If you have any questions about this event, please don’t hesitate to email intervention@chip.uconn.edu. We hope to see you next week!

InCHIP’s New Core Service Structure

At our annual meeting this year, we were very excited to introduce our new Core service structure!

Our new Cores are designed to expand the access and types of services provided here at InCHIP and to have a greater impact as we work with University and beyond!

We have already announced our Biostatistics and Methodology Core and our Intervention Core.

  • The Intervention Core provides expertise and support to researchers across UConn, helping them design, implement, evaluate and disseminate innovative behavioral interventions. Successful interventions are a key step needed to translate health behavior research into actual improvements in people’s health. The Core will give researchers at UConn the ability to leverage InCHIP’s extensive experience in health behavior interventions, and help them develop rigorous, evidence-based interventions that can have a significant impact on the health of people around the world.
  • The goal of the the Biostatistics and Methodology Core is to provide members of the UConn community with the expertise and experience necessary to conduct innovative and statistically rigorous research, and to enable them to compete very successfully for research grants in the health sciences. Members of the UConn community will be able to use the Core to connect with a range of statistics experts, and to establish long-term collaborations for innovative research into health and health behavior.

We are now excited to introduce our Training and development core and our brand new Community Engaged Health Research Core.

  • The Training and Development Core seeks to strengthen the use ofInCHIP as a University resource by offering a clear mechanism that connects faculty to RESEARCH  The core will offer supportive services and training that engage with researchers at every stage in research PROCESS and at every stage in their career via the following means: One-on-One meetings with InCHIP Directors and staff, hosting a mentorship program, hosting training workshops and collaboration events, as well as Grant Incubator Services.
    • The grant incubator will provide topic-specific RESEARCH IDEA AND GRANT DEVELOPMENT support with senior faculty with significant experience in the grant writing process.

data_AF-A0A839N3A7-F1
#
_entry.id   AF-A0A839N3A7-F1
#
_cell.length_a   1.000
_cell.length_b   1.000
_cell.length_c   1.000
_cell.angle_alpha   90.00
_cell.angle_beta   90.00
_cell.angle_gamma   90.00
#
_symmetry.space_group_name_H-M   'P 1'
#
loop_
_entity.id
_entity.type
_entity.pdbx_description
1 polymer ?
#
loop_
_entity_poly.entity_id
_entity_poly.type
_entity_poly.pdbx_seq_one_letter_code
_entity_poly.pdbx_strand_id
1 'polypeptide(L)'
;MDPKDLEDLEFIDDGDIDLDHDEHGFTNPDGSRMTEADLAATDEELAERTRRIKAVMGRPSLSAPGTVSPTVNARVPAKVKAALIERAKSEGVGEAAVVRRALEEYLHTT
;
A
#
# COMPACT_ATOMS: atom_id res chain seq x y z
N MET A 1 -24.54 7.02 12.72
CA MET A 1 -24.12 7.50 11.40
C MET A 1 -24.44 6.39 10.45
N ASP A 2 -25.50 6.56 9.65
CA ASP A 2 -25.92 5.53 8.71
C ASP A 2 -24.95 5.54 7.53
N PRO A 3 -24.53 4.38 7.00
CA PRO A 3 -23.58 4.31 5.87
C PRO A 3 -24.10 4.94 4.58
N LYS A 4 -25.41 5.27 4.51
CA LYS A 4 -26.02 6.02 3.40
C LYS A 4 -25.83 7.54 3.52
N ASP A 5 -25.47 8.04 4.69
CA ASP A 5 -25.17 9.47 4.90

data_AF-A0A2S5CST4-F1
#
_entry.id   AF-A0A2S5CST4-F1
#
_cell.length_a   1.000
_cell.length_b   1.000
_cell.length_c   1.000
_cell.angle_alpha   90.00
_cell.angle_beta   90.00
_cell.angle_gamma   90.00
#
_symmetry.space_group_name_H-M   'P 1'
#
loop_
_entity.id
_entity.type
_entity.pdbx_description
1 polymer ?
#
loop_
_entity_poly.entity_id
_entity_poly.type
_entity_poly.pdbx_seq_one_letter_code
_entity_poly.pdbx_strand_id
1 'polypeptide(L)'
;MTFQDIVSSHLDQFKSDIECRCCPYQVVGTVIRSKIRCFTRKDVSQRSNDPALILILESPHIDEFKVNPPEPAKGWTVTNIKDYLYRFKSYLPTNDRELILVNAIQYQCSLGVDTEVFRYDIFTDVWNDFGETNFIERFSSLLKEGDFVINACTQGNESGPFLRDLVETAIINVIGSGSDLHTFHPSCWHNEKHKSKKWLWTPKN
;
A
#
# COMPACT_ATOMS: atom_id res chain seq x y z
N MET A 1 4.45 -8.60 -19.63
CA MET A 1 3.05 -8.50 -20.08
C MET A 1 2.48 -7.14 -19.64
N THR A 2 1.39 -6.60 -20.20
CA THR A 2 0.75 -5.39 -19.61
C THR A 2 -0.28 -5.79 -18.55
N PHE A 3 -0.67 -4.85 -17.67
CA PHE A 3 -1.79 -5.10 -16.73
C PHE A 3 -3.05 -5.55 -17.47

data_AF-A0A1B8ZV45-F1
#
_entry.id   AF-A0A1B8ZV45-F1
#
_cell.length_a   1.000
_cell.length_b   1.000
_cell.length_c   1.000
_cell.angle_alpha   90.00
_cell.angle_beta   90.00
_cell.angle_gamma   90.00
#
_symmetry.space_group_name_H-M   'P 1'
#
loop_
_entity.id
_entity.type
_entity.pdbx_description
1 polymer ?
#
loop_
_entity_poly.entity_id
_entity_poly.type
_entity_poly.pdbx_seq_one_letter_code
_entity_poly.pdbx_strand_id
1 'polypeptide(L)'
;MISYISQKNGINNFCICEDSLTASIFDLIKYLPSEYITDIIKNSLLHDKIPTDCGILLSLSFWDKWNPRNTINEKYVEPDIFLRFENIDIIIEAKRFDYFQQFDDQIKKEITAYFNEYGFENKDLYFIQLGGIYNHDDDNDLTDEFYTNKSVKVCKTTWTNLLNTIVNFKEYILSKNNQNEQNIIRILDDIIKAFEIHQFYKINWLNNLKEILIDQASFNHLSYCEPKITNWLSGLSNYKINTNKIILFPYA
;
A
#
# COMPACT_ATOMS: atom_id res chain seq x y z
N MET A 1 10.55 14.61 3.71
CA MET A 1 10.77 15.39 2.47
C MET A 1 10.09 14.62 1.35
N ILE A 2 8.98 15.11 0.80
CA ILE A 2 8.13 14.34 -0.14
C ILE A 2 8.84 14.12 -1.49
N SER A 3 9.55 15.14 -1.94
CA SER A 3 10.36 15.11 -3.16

• The Training and Development Core is holding a writing workshop on the NIH Specific Aims section in November and December. Click here for more details and to RSVP.
  • The Community Engaged Health Research Core will assist University researchers with making linkages to community researchers and Community Based Organizations, provide guidance on how to effectively and efficiently conduct community-engaged research, assist with community-engaged strategic and project planning, and provide resources about Community-Based Participatory Research (CBPR). The goal of the Community Engaged Health Research Core is to secure a position for UConn as the anchor institution within the greater Hartford area and to help set a tone of mutual respect and benefit for researchers and communities across Connecticut and beyond.

Look out for more details and upcoming events from our new Cores.

InCHIP Training and Development Core: NIH Specific Aims Section Writing Workshop

October 19, 2016

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We are very excited to announce our upcoming NIH Specific Aims Section Writing Workshop hosted by InCHIP’s brand new Training and Development core. This workshop is designed in a similar vein to the general grantsmanship training InCHIP has provided in the past.

This workshop was envisioned as a way to help you complete the Specific Aims Section of your NIH Grant proposal.

  • November 14th 12-1PM: The first meeting will consist of a lecture delivered by InCHIP Associate Director Amy Gorin that addresses the Specific Aims Section.
  • December 5th 12-1PM: The Second meeting is a workshop to work on your Specific Aims Section.
  • December 12th 12-1PM: The Third meeting is an opportunity for feedback on your draft.

We encourage you to bring a lunch!

CLICK HERE TO RSVP